William F. Lee & A. Douglas Melamed, Breaking the Vicious Cycle of Patent Damages, 101 Cornell L. Rev. 385 (2016).
Civil Practice & Procedure
Intellectual Property - Patent & Trademark
atent law is implicitly, and sometimes explicitly, based upon a story of patent infringement in which technology users are presumed to be able to discover relevant patents in advance and either design around them or negotiate patent licenses before using the patented technology. That story does not hold true in many fields today, in which the number and widespread ownership of potentially relevant patents renders such preclearance both infeasible as a practical matter and undesirable as a matter of economic policy. But patent damages law continues to apply this outmoded paradigm. As a result, current doctrine perpetuates a vicious cycle of excessive, socially harmful remedies.
We propose a number of ways for patent law to adapt to this new reality. First, reasonable royalty remedies should be based on the market value of the patent before infringement and should exclude post-infringement considerations such as lock-in that infect current doctrine and lead to exaggerated damages awards. Second, patent remedy law should distinguish between infringers in the paradigmatic story, who can be regarded as guilty infringers, and innocent infringers for whom preclearance was not practicable; and it should further distinguish between patent holders that were willing to license their patents before infringement and those that had decided to retain exclusive control over their patented invention. In effect, there are four combinations: innocent/willing, innocent/unwilling, guilty/willing, and guilty/unwilling. Remedies should depend on which combination is at issue, and injunctions should be available only for unwilling licensors. In the innocent/unwilling scenario, the patent holder should be able to obtain an injunction only if it agrees to bear the innocent infringer’s costs of switching to a noninfringing alternative.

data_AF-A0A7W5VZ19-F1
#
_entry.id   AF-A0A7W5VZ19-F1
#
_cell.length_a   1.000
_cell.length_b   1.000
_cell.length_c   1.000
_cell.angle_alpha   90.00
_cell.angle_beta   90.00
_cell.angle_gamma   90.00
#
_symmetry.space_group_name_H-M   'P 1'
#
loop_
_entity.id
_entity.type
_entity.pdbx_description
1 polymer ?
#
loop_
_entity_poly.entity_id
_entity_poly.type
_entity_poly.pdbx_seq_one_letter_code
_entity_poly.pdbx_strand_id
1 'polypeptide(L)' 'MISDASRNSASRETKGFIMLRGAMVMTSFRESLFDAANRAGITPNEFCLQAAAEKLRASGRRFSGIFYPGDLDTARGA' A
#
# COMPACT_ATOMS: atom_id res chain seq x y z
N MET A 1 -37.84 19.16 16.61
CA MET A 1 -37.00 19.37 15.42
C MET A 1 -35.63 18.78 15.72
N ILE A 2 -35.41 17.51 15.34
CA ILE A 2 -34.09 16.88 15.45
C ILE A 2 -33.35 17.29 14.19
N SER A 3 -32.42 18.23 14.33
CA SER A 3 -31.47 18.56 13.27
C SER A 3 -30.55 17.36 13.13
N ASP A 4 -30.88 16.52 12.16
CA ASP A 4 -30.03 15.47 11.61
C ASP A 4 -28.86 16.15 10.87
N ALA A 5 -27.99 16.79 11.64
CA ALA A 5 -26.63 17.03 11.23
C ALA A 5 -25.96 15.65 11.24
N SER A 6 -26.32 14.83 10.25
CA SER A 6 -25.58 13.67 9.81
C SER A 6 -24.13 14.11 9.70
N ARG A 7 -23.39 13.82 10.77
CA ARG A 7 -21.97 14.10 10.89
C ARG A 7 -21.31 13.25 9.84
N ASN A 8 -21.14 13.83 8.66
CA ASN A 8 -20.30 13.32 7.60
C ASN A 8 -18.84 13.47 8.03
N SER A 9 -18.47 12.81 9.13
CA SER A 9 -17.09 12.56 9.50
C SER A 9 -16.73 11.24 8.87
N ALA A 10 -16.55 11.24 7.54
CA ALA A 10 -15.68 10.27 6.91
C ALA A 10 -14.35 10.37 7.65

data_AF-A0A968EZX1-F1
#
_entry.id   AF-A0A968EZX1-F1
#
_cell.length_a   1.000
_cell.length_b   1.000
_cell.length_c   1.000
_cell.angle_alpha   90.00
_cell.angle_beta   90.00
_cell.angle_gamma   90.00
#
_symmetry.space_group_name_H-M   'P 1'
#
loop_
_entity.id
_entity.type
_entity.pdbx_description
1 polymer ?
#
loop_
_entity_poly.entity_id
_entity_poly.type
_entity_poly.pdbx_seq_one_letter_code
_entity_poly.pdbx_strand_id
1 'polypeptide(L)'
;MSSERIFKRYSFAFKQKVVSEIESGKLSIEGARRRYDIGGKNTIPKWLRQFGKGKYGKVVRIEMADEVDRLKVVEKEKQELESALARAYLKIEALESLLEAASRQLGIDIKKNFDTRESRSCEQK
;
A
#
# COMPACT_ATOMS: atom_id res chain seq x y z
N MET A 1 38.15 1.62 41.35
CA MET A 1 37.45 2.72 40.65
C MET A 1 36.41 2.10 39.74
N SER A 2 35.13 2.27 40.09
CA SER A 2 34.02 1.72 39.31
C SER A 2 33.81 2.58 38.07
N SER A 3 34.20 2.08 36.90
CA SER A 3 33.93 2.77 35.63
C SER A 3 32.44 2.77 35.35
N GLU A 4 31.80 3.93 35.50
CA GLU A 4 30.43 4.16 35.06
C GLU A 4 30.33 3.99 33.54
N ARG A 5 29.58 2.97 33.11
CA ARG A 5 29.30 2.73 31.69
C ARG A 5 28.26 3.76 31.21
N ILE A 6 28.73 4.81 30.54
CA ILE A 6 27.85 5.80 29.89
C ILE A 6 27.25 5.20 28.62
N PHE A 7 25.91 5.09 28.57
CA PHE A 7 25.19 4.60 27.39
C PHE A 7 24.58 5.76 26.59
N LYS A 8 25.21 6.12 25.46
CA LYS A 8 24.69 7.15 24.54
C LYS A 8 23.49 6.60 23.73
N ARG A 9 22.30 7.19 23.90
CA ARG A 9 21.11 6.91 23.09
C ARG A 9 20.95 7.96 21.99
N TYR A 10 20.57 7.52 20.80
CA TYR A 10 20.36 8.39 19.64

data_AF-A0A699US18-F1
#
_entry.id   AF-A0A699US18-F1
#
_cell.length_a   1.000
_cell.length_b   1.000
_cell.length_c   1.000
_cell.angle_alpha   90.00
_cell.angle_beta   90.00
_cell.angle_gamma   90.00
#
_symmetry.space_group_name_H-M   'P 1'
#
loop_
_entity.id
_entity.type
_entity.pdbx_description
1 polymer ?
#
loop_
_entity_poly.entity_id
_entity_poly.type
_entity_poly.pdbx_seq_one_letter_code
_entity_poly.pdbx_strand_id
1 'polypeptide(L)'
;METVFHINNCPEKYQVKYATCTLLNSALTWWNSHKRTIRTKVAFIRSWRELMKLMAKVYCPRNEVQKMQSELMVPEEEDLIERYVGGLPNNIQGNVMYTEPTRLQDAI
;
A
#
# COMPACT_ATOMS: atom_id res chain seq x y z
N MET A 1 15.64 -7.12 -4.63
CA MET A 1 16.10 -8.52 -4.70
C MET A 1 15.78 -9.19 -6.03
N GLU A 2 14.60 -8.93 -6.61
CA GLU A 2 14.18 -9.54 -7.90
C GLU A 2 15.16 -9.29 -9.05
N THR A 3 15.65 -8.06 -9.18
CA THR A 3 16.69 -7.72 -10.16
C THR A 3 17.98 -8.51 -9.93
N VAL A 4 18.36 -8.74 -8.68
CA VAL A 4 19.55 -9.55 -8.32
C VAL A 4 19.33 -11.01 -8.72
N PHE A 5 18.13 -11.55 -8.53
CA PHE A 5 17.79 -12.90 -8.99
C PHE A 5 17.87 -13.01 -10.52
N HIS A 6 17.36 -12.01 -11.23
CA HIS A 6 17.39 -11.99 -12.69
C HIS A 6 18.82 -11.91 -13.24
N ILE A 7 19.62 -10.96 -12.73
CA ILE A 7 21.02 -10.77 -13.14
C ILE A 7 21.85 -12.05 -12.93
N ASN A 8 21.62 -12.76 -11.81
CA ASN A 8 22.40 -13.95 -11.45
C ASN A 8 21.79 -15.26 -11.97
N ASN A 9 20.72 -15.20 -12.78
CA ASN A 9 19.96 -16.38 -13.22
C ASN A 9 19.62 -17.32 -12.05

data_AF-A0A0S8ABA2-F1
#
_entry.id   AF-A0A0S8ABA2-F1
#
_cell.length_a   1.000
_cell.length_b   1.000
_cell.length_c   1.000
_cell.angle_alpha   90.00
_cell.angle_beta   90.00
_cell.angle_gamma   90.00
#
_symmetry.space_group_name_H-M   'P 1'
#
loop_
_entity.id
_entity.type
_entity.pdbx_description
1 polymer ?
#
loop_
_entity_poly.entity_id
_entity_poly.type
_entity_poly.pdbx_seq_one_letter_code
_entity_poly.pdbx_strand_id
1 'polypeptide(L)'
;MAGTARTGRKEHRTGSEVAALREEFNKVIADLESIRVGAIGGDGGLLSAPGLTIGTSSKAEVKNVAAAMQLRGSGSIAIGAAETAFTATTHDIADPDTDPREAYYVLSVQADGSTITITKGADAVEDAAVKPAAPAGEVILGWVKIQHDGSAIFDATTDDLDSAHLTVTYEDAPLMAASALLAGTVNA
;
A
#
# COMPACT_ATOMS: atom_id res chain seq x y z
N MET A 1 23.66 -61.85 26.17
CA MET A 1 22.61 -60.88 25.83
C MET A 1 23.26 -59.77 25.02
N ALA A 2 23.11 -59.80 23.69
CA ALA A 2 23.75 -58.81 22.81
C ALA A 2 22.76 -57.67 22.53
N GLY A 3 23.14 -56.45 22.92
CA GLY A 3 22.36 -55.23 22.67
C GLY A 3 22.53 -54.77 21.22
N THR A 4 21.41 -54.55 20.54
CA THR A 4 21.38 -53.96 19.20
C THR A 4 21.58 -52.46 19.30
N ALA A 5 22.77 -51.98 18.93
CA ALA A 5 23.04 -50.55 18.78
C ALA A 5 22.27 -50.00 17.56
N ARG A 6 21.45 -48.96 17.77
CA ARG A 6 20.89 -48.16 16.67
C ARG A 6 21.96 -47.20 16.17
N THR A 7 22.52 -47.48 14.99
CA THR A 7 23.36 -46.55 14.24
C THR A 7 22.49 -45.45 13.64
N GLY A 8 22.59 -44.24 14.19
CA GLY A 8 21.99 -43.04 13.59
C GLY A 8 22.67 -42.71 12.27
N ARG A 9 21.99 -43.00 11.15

Ben W. Heineman, Jr., William F. Lee & David B. Wilkins, Lawyers as Professionals and Citizens: Key Roles and Responsibilities in the 21st Century (Harv. Law Sch. Ctr. on the Legal Profession 2014).
This essay presents a practical vision of the responsibilities of lawyers as both professionals and as citizens at the beginning of the 21st century. Specifically, we seek to define and give content to four ethical responsibilities that we believe are of signal importance to lawyers in their fundamental roles as expert technicians, wise counselors, and effective leaders: responsibilities to their clients and stakeholders; responsibilities to the legal system; responsibilities to their institutions; and responsibilities to society at large. Our fundamental point is that the ethical dimensions of lawyering for this era must be given equal attention to—and must be highlighted and integrated with—the significant economic, political, and cultural changes affecting major legal institutions and the people and institutions lawyers serve.